The task force must identify any and all challenges, obstacles, and pain points that the internal auditor has confronted. These challenges can have significant effects on the company’s internal auditing processes, so they must be taken into consideration as you perform an evaluation.
Reviewing the Auditing Plan
The auditing evaluation task force should take time to review the internal audit plan to ensure that it aligns with the company’s risk management plan and its broader business strategy.
Recommending Improvements and Developing a Plan for Deployment
Once the internal auditing process has been reviewed and evaluated, it’s time to offer recommendations for changes that will improve the overall auditing process. These improvements should augment the audits in a way that also serves the credit union’s best interests.
Also, consider implementation and deployment for the changes that you’re going to be recommending. It’s not uncommon for multiple enterprise software systems to be affected, which means you’ll need to consider the potential impact on operations, amongst other things.
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Updates and Monitoring for Your Credit Union’s Internal Audit Process
The auditing task force ought to establish a process for monitoring progress and receiving updates on the company’s latest internal auditing-related projects. This ensures that the auditor remains on track in a manner that aligns with the credit union’s broader business strategy.
Regulatory oversight accounts for a large segment of a credit union’s risk management strategy and the consequences for noncompliance are significant. This underscores the importance of having a robust and effective internal auditing process. Any slips in this area can have an adverse impact downstream, leading to reporting problems that may affect a credit union’s ability to prove its compliance.
In addition to verifying the actual internal audit process, a credit union may also wish to confirm that all necessary data governance measures and third-party integrations are active and working properly. Data flow interruptions have a dramatic impact on reporting capabilities and data retention too. If data isn’t flowing properly into the system, you will end up with gaps in your reports. Those data gaps may constitute record-keeping law violations, leading to major consequences such as fines and penalties.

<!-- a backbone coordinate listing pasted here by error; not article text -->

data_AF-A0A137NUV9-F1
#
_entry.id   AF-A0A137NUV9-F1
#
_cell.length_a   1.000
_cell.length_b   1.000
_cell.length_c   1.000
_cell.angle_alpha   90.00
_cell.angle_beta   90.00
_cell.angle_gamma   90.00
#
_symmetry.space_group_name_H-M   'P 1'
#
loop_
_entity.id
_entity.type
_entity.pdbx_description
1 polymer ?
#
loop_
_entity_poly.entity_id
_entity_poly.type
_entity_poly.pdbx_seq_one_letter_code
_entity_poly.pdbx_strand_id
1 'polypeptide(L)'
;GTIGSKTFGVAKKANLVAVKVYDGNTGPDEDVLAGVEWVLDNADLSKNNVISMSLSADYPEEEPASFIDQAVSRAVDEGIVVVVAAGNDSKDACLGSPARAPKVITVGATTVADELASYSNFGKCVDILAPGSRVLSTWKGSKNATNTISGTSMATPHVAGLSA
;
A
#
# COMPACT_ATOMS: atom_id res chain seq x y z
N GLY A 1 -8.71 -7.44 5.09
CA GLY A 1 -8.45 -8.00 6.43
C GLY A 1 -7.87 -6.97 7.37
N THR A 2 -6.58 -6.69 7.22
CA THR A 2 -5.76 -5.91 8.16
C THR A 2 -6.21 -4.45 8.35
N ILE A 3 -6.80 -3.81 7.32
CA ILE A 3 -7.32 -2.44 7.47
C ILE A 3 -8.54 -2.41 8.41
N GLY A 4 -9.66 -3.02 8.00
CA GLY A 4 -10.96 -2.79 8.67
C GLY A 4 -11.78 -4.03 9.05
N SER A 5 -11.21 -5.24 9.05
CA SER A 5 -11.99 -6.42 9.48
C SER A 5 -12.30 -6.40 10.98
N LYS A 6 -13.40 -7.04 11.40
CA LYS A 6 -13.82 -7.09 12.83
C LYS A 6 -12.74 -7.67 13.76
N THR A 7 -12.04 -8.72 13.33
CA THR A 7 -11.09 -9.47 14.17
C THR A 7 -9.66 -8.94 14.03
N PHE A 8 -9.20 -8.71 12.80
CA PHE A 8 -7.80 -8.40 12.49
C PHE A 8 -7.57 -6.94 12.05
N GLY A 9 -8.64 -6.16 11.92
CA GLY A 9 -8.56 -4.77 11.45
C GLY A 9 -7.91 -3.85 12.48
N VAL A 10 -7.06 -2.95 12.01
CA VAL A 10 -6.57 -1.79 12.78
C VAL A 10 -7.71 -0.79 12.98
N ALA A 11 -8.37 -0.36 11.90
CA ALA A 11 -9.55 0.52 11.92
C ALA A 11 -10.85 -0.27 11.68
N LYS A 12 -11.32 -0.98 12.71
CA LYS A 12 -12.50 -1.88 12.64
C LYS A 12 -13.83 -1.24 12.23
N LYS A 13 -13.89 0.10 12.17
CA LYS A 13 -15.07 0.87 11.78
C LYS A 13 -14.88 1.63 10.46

Data retention settings are another area that should be investigated and verified as part of the task force’s review of the credit union’s internal auditing processes. Certain types of data must be retained in a safe, secure data management platform for a pre-specified period of time in order to meet record-keeping requirements. Data may be purged and lost if your data retention settings are askew, so it is essential that these settings are periodically verified. A well-architected data management platform will have monitoring capabilities for this sort of setting, with an alert generated if the integration is lost or disrupted in any way.
Credit unions deal in sensitive financial data too, so there are a number of cybersecurity-related rules to take into consideration as well. The goal is to provide a secure data management platform, with encryption, firewalls, and other protective measures that will keep clients’ financial data safe from cyber criminals, ransomware, viruses, and data theft attempts.
The Right Technology for Risk Management, Reporting, and Auditing
Finding the perfect enterprise risk management software can have a tremendous impact on your company’s internal reporting and auditing processes. A well-architected platform will boost overall productivity and efficacy for your auditing and reporting efforts. You’ll also be equipped with tools for monitoring and oversight, which is ideal for measuring the effectiveness of your credit union’s internal auditing process.
At iTech, risk management and data governance software platforms are among our specialties. We work one-on-one with the client to gain an understanding of their needs and objectives as a business. Then, we develop a solution that helps the client to meet those goals. Contact the iTech team today to begin a dialogue on your credit union’s internal auditing and reporting efforts and how we can help create technology to elevate your processes, improve efficiency, and bolster your bottom line.